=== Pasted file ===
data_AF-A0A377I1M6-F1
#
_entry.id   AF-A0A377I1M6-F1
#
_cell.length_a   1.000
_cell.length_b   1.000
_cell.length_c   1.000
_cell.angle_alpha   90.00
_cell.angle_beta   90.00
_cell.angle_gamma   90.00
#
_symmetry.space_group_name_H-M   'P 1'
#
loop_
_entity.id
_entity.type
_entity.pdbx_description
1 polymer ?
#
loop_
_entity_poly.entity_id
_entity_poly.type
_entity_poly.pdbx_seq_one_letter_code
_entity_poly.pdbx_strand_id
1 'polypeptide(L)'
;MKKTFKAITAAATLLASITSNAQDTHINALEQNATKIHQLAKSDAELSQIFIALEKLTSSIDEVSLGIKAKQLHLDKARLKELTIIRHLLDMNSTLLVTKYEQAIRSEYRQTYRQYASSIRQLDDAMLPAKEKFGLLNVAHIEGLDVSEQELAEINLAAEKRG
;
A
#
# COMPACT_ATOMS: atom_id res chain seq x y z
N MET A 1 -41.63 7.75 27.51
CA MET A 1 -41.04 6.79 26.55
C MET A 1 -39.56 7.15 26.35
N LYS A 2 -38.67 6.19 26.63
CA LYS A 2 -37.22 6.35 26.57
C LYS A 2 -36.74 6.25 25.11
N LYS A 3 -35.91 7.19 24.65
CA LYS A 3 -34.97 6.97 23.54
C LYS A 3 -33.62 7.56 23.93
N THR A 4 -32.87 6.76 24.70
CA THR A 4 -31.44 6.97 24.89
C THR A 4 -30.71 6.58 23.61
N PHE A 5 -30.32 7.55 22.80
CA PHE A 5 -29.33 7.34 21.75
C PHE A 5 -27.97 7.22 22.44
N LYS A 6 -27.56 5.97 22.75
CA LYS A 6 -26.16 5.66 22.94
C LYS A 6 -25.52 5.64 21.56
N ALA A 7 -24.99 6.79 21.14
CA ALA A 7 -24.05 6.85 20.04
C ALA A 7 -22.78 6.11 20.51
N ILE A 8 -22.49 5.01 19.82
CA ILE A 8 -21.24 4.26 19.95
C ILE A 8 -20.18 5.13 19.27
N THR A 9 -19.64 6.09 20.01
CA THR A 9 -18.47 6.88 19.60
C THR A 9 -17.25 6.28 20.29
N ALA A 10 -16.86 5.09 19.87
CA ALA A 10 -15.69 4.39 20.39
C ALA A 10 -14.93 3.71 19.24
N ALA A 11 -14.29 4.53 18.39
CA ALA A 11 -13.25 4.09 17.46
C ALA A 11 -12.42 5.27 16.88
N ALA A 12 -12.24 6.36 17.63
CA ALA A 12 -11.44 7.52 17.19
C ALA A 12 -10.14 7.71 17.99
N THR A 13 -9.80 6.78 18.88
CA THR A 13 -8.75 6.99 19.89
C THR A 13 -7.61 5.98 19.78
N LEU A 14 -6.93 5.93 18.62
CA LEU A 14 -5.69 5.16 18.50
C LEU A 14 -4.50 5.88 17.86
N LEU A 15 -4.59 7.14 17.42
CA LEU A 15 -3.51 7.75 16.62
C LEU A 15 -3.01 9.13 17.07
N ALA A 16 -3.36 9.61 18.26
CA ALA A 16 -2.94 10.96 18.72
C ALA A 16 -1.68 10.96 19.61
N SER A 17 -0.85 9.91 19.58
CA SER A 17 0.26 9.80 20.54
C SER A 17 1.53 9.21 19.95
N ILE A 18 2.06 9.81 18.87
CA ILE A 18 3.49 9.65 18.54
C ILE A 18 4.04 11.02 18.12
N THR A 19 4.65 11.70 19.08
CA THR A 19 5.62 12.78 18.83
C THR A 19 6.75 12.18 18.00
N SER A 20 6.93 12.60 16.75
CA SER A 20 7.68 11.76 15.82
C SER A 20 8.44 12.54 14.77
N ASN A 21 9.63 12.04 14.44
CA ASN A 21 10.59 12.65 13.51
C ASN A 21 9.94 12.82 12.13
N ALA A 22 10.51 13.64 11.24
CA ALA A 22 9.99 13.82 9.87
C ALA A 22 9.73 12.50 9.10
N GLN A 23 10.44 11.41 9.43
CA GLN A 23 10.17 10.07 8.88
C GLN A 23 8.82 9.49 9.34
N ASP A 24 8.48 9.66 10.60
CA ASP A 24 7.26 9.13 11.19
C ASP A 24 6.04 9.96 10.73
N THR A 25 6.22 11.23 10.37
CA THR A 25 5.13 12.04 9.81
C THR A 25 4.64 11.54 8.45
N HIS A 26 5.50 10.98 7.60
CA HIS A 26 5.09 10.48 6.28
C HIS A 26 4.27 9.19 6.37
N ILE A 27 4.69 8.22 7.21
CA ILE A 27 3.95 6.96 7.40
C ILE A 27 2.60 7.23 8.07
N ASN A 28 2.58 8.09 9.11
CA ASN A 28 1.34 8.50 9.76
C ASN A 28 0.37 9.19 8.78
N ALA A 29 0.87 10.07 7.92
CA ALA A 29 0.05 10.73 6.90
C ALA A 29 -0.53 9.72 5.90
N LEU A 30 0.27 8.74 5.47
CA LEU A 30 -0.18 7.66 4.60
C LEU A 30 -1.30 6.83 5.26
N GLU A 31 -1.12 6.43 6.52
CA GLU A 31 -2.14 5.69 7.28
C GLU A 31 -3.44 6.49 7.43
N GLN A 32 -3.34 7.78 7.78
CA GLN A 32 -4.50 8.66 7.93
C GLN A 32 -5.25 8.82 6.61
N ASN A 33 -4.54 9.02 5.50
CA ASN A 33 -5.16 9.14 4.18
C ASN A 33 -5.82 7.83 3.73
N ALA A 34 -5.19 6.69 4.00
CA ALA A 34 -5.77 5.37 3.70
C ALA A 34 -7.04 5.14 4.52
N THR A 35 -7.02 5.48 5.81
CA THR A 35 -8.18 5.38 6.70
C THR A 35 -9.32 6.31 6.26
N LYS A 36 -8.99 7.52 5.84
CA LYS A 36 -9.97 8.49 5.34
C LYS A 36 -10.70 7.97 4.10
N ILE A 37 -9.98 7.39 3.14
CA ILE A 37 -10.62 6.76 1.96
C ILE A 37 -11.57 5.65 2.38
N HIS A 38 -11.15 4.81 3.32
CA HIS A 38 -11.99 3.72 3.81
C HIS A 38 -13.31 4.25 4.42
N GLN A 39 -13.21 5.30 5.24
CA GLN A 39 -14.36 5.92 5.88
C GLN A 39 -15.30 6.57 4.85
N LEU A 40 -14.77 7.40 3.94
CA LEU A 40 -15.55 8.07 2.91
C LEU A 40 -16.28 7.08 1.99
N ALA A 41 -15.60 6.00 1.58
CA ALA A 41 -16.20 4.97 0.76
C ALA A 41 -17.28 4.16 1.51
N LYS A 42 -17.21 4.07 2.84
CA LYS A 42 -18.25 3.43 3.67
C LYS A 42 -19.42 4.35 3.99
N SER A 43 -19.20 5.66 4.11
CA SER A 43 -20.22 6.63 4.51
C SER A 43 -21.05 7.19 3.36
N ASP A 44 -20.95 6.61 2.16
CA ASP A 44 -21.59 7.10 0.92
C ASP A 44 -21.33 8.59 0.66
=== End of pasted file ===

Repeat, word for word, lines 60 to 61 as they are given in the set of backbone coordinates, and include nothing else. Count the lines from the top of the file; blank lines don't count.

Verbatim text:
C ALA A 10 -14.93 3.71 19.24
N ALA A 11 -14.29 4.53 18.39